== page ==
I remember the day we activated the Apotheosis Engines, and watched the Great Lattice spread across the skies of our worlds. A web of catoms forming a shell, lit like great sentinels against the decay of the universe.
We had long labored in the shadow of a dying age, when the dust of stars faded with our hopes. But that day, as a child looking up from the star sails that beheld the majesty of the light-year tall structures, I came to understand defiance. The Last Children, we called ourselves. And as a child of the Last Generation, when the creche worlds had gone dark and our women ceased to be able to bear children, I had been raised with a stark cynicism. But beneath the lights of the nascent Engines, I understood that the universe – what remained – would bend to us.
I always had a mind for numbers, which grew into science and theories of physics and the universe. Buoyed by our renaissance, I exceled in the academies. Before long, I was selected for the Athenaeum worlds, basking in the light of renewed suns, connected by our new Warp Gates. There, we were inculcated in the ways of the Engines.
It was here I learned its terrible cost.
Nasha was a fellow Academian, specializing in technology systems. While we tinkered and prodded reality to suit our ends, her caste managed the fine-tuning of the computers managing the Engines. A mutual friend introduced us, and somehow, she saw past my flaws – my obsession with details and numbers and order. She saw something of worth.
I don’t know if I agreed with her, but I found her company pleasing, and as time passed, essential. We wed within two years.
By this time, the Engines allowed us to master gene therapy. We eradicated disease, then enhanced our natural abilities. Where previously a lifespan meant perhaps a hundred years, it could now span millennia. Prolonging our lives was merely a stopgap for our infertility crisis. There was more to do.
The Engines would see to it.
It was inevitable that the truth behind the Engines would be revealed to the public. Lies of omissions were often the best methods of maintaining secrecy, but there was little point otherwise. We were alone in the remnants of the cosmos; through our long observations and probes we had never found another race. And our people, faced with extinction, had no need for divisions. We were united under a single government. There was bureaucracy to be sure, but we were unified. As such, secrets were a commodity.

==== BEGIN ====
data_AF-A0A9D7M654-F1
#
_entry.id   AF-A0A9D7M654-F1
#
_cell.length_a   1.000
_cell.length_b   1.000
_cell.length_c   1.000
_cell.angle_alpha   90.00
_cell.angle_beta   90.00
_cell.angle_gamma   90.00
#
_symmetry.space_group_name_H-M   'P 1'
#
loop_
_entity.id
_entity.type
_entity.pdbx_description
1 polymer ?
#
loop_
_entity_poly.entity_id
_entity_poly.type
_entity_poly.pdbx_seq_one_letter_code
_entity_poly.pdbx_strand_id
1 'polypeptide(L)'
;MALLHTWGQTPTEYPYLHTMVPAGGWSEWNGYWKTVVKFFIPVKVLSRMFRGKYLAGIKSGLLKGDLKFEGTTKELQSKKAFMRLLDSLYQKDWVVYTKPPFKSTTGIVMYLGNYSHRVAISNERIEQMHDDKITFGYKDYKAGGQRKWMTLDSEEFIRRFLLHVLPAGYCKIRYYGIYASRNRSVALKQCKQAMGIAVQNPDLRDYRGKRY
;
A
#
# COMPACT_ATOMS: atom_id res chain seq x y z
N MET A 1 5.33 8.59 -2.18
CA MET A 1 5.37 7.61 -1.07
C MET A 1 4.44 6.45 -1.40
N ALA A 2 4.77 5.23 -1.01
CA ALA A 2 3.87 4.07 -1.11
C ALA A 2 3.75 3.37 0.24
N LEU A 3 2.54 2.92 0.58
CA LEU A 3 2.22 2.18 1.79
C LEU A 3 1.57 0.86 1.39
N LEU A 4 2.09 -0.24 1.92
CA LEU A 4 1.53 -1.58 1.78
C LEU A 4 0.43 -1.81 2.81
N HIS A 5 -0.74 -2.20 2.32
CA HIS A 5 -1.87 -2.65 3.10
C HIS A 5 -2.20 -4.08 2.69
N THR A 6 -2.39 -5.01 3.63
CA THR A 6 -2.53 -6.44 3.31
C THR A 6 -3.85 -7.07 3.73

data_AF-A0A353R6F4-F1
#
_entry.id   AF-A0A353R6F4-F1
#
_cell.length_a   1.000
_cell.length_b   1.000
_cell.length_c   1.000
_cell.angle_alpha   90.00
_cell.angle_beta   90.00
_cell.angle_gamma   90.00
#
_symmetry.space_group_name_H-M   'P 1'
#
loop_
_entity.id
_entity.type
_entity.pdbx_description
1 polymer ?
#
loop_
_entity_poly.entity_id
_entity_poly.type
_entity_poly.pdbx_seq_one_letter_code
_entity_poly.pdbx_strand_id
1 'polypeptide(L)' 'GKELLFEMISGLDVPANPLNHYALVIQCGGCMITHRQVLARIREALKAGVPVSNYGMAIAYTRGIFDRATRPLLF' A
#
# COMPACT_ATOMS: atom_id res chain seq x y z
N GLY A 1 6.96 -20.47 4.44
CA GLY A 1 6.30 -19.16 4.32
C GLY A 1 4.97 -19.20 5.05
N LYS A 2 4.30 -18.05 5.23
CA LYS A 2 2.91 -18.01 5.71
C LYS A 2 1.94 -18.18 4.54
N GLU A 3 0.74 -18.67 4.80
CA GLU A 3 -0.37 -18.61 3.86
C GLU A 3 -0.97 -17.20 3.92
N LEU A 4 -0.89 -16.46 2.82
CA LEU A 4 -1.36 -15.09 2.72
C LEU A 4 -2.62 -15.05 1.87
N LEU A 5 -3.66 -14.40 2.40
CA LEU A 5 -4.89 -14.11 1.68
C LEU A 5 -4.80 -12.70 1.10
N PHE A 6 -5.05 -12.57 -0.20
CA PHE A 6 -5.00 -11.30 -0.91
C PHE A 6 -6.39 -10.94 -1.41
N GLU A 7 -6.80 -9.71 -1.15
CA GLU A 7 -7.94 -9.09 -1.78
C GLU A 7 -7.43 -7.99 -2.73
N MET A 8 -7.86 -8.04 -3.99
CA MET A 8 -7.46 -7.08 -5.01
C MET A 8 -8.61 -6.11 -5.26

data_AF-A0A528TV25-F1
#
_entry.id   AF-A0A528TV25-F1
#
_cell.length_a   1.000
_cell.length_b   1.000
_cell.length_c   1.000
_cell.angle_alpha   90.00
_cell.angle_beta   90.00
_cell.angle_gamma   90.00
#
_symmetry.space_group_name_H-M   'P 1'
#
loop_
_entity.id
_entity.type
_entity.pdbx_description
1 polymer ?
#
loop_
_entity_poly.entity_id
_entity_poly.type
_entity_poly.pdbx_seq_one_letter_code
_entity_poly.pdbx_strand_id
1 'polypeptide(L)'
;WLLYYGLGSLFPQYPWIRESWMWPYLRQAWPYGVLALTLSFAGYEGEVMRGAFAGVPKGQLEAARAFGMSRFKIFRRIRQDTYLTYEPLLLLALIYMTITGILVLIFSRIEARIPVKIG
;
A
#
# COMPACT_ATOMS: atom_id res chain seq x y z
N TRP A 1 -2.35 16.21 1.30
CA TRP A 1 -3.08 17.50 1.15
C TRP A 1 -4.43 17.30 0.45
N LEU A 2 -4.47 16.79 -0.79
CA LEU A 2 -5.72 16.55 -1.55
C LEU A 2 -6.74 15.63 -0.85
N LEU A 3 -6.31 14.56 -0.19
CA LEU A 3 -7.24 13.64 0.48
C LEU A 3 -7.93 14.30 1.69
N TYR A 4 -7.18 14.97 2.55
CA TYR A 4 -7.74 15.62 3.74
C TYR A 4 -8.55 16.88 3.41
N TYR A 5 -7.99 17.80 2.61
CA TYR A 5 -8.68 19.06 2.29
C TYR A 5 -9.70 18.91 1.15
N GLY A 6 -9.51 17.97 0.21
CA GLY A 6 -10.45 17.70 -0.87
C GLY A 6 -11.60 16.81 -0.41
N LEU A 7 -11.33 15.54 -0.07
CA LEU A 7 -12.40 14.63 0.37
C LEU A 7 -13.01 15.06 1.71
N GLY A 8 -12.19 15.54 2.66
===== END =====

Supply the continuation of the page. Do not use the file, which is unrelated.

First, a digital network news story, then digital discussions grew exponentially. We looked to our leadership to confirm the truth, and they did.
The Engines was not some miraculous energy generation system. The Four Spires, as we had originally called them, were revealed to be siphons.
“But siphoning from where?” they asked. An understandable question, considering the universe had been in the throes of decay and had relatively little energy left.
Our leadership responded. The response was… mixed.
The announcement of a breakthrough in the infertility crisis bolstered our people. Nasha and I were exhilarated upon hearing that new creche worlds were being commissioned. Thanks to our positions, we were among the earliest offered a chance to have progeny. We were joyful and terrified.
We provided genetic samples and the preferred template for our child. We had agreed upon a daughter, and six weeks later were ecstatic to learn she had been among the first of the new generation to be successfully sequenced. We began the seven-month wait eagerly planning a new layout for our home and adjusting our schedules to accommodate our daughter.
Our people no longer simply had hope. Our people now had a future.
One of my side projects had been decoding strange signals coming from the nodes along the Lattice. It had been years before they were noticed, and interest languished. The signals appeared to be little more than noise, radiation emanating from the complex interactions of the Lattice energies. But there was form to be extracted from the chaos. Over the years I continued undaunted to navigate the cosmic substrata for answers.
It was fitting that in the days following the revelation of about the Engines that I made a significant breakthrough in my research.
Inspired by a suggestion from Nasha, I took the signals and processed them through our vast computer networks. I waited as the system AI collated data streams and found a purpose to the signals.